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Title: Collective participation in health in Valle del Huasco, northern Chile : a critical ethnography of institutional spaces for participation and social movements in a context of environmental conflict
Author: Hadjez, E.
ISNI:       0000 0004 7964 7340
Awarding Body: London School of Hygiene & Tropical Medicine
Current Institution: London School of Hygiene and Tropical Medicine (University of London)
Date of Award: 2019
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Community participation in health is considered by governments and international organisations an essential strategy for tackling health inequalities. However, research in community participation has shown an increasing gap between normative assumptions on participation and empirical findings. Furthermore, there is some evidence of detrimental consequences on local communities related to participation. This led some scholars to propose that more attention be put on social movements, in contrast to relatively isolated formal spaces for participation, to understand better their potential to tackle health inequalities. In Chile, participation has been a transversal strategy within health institutions since the return to democracy. The main mechanism for participation corresponds to local health councils in every primary health care centre. Huasco, a territory in Northern Chile, has been affected by rapid and profound socioeconomic transformations, with negative consequences on the environment and people's health. As such, local health councils coexist with social movements aimed at protecting collective health. This research examines the role of local health councils in a context of environmental conflict, and how these spaces for participation interact with social movements. It also looks at how broader socioeconomic conditions affect participation in health and social movements. For this, I conducted a nine-month critical ethnography in Huasco. The main finding of this study is that local health councils often legitimise existing socioeconomic conditions, specifically the role of provincial industries, due to the economic dependency of local population and public services on these industries. Additionally, emergence of social movements in Huasco relates to the limited scope of formal spaces for participation, and the gradual delegitimation of political authorities. This conflicting interaction between local health councils and social movements corresponds to a historically contingent and open process. The study of social movements in the field of collective participation and public health provides an adequate theoretical framework for addressing these issues.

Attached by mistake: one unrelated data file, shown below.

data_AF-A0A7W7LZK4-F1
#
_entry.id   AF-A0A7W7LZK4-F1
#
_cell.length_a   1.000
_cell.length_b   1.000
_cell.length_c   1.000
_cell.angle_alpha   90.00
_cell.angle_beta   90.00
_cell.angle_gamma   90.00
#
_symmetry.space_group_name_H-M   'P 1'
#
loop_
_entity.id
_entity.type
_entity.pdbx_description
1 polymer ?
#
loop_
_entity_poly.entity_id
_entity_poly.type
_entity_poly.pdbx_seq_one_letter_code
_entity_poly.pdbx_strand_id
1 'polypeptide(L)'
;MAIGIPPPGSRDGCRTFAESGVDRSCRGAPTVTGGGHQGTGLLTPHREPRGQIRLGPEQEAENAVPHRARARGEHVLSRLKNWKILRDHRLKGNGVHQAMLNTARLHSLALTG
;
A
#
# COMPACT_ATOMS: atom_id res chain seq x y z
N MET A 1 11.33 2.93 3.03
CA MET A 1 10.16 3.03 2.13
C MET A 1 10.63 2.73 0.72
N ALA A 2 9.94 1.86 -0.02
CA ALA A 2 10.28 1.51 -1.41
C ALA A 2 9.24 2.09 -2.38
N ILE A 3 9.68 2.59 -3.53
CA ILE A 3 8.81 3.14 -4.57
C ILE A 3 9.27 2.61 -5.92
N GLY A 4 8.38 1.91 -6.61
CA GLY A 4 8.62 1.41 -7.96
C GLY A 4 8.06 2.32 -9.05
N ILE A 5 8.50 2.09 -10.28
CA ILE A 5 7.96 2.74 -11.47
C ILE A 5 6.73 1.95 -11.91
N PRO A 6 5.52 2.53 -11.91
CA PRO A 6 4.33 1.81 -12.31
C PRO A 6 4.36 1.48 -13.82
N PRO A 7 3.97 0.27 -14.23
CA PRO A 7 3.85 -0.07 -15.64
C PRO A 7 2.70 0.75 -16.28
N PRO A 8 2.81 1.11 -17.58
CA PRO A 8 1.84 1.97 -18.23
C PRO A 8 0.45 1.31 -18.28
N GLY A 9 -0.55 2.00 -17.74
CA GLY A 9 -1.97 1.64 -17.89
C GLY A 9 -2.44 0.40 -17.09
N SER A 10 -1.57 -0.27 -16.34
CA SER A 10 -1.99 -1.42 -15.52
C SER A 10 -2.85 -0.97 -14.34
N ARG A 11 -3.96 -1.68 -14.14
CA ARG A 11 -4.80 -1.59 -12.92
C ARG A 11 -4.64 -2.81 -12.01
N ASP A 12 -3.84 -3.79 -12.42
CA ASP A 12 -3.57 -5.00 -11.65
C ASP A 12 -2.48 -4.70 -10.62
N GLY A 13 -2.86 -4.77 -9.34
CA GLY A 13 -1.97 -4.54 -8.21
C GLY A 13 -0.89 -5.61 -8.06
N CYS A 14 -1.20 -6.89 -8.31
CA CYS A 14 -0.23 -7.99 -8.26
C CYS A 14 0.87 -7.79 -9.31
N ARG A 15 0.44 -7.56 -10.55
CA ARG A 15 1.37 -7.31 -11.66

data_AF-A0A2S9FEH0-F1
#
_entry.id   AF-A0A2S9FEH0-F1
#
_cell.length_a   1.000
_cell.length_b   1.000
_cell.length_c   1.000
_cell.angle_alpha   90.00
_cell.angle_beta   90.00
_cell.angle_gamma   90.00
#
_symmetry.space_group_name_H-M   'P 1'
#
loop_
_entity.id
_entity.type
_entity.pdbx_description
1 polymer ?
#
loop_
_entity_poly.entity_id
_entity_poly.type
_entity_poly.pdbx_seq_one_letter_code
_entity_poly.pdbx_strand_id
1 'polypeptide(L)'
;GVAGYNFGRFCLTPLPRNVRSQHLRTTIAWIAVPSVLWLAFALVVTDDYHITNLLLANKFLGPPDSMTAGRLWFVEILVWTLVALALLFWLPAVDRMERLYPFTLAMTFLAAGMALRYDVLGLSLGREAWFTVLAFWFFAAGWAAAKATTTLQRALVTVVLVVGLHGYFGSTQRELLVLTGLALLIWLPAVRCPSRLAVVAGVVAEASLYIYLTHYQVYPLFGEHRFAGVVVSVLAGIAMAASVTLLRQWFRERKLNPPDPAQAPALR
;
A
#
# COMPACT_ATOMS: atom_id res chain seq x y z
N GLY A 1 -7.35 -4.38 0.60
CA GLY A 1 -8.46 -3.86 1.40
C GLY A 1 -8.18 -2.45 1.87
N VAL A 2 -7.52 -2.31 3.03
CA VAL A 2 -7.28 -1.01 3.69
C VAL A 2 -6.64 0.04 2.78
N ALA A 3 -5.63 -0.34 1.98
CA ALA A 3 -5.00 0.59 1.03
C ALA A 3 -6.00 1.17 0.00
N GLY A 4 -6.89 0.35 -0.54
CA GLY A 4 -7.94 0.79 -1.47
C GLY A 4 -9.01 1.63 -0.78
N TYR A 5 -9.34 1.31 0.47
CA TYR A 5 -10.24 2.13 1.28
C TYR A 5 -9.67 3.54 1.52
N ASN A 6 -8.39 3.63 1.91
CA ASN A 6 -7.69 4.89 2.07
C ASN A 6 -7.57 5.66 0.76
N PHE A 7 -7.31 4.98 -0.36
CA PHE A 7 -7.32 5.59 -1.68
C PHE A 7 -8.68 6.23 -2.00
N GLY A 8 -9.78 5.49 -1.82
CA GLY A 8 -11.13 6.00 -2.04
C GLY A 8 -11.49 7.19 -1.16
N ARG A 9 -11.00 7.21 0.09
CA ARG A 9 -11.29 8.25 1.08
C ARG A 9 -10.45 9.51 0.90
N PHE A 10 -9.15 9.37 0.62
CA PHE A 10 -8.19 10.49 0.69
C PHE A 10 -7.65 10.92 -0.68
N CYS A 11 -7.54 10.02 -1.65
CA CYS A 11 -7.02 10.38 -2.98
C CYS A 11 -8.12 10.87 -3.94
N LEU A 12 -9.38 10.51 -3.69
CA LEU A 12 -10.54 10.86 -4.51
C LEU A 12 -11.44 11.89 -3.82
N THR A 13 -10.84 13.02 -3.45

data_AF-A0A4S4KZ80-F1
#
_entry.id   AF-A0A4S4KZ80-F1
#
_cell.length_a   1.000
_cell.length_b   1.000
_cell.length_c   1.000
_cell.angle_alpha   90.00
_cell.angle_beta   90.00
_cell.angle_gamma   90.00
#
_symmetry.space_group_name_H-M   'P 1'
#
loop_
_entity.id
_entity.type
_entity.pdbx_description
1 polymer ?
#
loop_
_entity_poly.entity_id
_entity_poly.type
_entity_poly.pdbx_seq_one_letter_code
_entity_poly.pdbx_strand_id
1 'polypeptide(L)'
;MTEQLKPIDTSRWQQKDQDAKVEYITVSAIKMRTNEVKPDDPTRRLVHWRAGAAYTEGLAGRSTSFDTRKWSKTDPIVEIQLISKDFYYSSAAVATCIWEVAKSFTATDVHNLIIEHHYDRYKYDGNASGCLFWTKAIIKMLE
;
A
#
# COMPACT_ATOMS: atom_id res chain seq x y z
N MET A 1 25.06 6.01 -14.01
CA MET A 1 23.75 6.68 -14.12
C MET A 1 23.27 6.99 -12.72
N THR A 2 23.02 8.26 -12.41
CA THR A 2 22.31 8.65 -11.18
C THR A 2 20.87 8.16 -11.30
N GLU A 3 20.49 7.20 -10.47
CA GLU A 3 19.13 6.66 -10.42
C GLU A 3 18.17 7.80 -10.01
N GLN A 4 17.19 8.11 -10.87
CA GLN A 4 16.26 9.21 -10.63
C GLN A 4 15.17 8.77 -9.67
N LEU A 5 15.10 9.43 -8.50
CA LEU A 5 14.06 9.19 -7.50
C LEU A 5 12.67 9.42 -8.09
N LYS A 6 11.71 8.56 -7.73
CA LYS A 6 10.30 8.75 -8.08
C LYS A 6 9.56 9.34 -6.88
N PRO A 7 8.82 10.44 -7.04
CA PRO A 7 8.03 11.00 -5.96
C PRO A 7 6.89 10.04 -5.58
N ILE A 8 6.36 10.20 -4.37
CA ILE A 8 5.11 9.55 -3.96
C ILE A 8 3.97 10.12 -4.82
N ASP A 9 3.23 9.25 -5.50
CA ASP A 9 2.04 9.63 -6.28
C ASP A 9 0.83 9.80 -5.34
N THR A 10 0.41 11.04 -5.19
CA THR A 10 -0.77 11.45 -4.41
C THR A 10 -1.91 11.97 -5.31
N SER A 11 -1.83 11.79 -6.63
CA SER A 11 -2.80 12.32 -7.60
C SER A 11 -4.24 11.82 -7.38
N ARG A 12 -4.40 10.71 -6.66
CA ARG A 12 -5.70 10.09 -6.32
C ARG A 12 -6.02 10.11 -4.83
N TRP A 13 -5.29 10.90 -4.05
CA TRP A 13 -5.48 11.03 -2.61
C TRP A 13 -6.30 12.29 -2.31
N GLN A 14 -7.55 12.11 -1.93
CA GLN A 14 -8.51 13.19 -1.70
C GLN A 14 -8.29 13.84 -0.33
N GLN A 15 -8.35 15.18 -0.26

Supervisor: Renedo, A. ; Gorsky, M. Sponsor: Becas Chile CONICYT, Chile
Qualification Name: Thesis (Ph.D.) Qualification Level: Doctoral